Let me recommend a US public radio program: ‘On Being’. Created by journalist and theologian, Krista Tippett, it offers ‘intelligent conversation about religion, meaning, and moral imagination’. Her guests range from poets to physicists and the program is always thoughtful and provocative (even if she does sometimes talk too much herself). I listen to many of the podcasts more than once and, when I need an extra dose of encouragement, I replay her conversation with the late Irish poet John O’Donahue, or with the memoirist Mary Karr. (See onbeing.org.)
One of her weekly bloggers, Courtney E. Martin, recently invited readers to think about jealousy. The question struck me because, as one of the seven deadly sins, jealousy (and its cousin envy) portends danger and trouble. So when it – or any of the ‘negative’ emotions – show up on my internal horizon or stabs me in the chest, I want to run. Push them away. Bury them. I’m inclined even to pretend they hadn’t shown up at all.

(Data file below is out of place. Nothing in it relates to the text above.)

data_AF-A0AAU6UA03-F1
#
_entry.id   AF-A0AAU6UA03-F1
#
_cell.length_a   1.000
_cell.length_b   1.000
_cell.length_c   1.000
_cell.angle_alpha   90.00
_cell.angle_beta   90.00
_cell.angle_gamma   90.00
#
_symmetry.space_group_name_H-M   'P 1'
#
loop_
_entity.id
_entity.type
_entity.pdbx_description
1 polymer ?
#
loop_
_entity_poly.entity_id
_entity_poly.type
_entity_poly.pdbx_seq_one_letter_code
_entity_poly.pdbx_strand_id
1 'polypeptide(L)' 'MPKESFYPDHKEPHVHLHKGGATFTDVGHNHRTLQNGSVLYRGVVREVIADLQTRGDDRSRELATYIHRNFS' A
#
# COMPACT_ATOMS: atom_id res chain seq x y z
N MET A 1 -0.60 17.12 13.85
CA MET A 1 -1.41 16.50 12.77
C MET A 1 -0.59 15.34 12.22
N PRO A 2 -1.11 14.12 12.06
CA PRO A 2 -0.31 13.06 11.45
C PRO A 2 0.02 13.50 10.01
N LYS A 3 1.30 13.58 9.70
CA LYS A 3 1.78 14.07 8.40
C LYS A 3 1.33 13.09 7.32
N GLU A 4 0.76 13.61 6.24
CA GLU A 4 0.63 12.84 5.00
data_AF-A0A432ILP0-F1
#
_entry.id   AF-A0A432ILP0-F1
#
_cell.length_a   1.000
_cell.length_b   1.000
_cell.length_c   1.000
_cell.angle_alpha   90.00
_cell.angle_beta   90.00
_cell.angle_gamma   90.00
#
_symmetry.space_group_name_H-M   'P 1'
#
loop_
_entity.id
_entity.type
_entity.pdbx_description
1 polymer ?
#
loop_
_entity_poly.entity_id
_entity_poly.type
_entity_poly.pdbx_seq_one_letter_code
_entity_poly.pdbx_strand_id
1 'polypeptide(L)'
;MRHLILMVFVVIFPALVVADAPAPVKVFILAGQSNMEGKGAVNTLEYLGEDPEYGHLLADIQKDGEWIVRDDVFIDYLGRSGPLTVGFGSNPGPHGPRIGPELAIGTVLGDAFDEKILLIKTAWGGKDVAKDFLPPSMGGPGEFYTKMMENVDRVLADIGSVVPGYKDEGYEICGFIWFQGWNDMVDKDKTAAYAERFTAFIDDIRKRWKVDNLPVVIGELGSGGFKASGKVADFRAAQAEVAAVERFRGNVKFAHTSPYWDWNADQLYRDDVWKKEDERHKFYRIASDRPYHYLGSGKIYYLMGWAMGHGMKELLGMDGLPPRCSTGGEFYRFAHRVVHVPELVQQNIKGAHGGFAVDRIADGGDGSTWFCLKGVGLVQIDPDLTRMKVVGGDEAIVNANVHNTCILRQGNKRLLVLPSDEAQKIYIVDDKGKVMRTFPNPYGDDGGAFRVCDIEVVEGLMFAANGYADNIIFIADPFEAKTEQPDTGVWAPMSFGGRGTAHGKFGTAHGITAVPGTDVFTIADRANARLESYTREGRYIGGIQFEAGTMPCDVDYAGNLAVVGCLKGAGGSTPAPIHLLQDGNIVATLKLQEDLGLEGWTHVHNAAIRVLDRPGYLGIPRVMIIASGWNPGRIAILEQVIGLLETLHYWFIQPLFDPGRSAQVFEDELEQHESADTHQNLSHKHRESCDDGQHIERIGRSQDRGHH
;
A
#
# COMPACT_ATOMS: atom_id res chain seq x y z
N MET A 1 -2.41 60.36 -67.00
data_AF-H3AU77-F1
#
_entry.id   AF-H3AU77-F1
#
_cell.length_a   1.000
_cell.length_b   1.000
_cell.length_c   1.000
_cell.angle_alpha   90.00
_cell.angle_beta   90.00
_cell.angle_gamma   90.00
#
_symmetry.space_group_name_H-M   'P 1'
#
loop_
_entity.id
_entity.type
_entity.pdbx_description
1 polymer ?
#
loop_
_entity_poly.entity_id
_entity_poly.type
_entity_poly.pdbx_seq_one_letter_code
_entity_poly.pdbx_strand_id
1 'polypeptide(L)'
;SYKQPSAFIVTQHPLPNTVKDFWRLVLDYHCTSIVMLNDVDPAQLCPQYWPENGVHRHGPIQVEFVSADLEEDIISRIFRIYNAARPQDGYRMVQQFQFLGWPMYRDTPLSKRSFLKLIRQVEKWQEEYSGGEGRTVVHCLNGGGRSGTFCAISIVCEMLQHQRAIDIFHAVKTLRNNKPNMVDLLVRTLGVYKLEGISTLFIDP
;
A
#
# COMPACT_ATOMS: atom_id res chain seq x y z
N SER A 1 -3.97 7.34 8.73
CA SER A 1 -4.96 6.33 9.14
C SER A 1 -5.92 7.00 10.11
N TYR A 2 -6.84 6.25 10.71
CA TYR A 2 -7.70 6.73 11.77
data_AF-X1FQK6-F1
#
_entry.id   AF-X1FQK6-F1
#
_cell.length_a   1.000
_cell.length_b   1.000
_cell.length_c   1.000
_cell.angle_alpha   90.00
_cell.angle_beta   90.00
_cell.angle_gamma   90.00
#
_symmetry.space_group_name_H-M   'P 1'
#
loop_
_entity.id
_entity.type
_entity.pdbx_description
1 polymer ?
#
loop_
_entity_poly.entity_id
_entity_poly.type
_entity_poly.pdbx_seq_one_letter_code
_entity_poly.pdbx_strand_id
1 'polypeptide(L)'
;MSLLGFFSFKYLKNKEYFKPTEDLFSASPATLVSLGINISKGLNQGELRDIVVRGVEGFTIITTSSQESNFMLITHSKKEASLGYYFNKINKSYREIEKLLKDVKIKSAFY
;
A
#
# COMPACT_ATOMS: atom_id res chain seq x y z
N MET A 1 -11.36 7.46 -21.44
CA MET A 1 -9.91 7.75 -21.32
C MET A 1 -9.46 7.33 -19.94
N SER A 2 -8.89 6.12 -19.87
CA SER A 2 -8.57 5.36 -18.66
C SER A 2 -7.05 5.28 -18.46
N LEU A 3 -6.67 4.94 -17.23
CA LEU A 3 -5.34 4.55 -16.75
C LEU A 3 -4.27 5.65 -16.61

The form of Martin’s invitation calls up a helpful Buddhist and mindful way of thinking about our emotions, in general, and jealousy, in particular. She asks: ‘Who do I feel most jealous of and what is that person up to that I want to bring more into my own life?’
She’s not encouraging us to act on our feelings, but the reverse: to pause and listen to them.
Our emotions – even the ones usually called ‘negative’ – can be our teachers, if we let them. They give us a glimpse into our shadows, yes, but also our needs, longings, even aspirations. What lessons are your emotions offering you today?